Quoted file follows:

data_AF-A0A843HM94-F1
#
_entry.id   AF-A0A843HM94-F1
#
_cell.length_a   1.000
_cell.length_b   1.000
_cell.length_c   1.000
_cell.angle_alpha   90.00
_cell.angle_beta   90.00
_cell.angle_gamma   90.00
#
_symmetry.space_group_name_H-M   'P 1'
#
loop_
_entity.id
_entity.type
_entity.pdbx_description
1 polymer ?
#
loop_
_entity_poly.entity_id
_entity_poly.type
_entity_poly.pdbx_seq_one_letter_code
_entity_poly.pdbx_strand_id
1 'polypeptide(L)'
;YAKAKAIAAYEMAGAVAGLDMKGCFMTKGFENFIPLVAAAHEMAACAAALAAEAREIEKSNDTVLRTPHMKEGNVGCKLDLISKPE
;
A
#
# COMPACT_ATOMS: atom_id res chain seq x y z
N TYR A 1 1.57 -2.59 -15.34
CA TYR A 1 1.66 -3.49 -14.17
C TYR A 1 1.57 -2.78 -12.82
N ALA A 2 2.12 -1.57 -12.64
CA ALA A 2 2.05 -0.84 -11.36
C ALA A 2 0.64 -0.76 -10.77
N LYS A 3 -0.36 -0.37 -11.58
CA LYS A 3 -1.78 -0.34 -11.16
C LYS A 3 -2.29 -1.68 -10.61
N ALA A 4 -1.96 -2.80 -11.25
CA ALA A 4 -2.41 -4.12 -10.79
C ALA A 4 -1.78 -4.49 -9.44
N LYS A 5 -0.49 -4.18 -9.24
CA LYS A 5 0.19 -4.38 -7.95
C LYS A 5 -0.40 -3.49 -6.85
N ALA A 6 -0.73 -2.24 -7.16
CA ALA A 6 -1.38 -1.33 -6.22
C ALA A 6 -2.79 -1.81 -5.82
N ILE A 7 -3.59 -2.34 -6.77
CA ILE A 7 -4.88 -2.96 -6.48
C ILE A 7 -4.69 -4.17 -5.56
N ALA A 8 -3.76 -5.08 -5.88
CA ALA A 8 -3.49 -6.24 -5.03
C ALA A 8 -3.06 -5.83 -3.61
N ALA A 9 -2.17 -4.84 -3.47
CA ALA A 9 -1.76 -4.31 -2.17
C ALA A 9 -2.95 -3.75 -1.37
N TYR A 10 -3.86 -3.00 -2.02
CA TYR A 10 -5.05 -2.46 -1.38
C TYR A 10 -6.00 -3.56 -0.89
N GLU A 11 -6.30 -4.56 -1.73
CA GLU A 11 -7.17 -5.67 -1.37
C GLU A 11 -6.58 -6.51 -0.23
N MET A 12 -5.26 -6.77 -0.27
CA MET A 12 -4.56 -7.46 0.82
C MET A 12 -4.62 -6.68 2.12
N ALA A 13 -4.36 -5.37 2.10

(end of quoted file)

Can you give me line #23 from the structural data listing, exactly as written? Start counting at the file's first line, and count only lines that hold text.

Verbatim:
_entity_poly.pdbx_seq_one_letter_code